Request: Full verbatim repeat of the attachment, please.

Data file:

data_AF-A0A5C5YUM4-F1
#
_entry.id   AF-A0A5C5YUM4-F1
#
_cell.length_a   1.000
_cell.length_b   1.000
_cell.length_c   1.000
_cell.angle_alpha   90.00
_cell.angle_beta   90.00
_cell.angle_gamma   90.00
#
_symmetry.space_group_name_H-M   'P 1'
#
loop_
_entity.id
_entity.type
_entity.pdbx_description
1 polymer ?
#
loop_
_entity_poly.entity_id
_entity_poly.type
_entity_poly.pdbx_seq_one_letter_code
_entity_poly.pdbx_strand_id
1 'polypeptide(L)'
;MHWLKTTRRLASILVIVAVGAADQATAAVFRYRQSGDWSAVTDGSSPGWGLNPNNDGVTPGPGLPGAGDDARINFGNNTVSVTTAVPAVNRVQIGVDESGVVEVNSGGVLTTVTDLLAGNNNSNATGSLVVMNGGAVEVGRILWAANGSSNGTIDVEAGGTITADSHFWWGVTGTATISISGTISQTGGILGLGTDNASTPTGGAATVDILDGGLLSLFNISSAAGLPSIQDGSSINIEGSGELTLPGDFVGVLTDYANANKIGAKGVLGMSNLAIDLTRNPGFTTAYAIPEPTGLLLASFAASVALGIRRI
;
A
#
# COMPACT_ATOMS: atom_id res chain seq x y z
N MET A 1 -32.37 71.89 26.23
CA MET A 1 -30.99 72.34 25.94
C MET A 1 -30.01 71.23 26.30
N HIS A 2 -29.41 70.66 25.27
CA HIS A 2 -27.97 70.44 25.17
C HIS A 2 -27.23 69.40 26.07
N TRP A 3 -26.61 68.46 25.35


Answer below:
data_AF-A0A5C5YUM4-F1
#
_entry.id   AF-A0A5C5YUM4-F1
#
_cell.length_a   1.000
_cell.length_b   1.000
_cell.length_c   1.000
_cell.angle_alpha   90.00
_cell.angle_beta   90.00
_cell.angle_gamma   90.00
#
_symmetry.space_group_name_H-M   'P 1'
#
loop_
_entity.id
_entity.type
_entity.pdbx_description
1 polymer ?
#
loop_
_entity_poly.entity_id
_entity_poly.type
_entity_poly.pdbx_seq_one_letter_code
_entity_poly.pdbx_strand_id
1 'polypeptide(L)'
;MHWLKTTRRLASILVIVAVGAADQATAAVFRYRQSGDWSAVTDGSSPGWGLNPNNDGVTPGPGLPGAGDDARINFGNNTVSVTTAVPAVNRVQIGVDESGVVEVNSGGVLTTVTDLLAGNNNSNATGSLVVMNGGAVEVGRILWAANGSSNGTIDVEAGGTITADSHFWWGVTGTATISISGTISQTGGILGLGTDNASTPTGGAATVDILDGGLLSLFNISSAAGLPSIQDGSSINIEGSGELTLPGDFVGVLTDYANANKIGAKGVLGMSNLAIDLTRNPGFTTAYAIPEPTGLLLASFAASVALGIRRI
;
A
#
# COMPACT_ATOMS: atom_id res chain seq x y z
N MET A 1 -32.37 71.89 26.23
CA MET A 1 -30.99 72.34 25.94
C MET A 1 -30.01 71.23 26.30
N HIS A 2 -29.41 70.66 25.27
CA HIS A 2 -27.97 70.44 25.17
C HIS A 2 -27.23 69.40 26.07
N TRP A 3 -26.61 68.46 25.35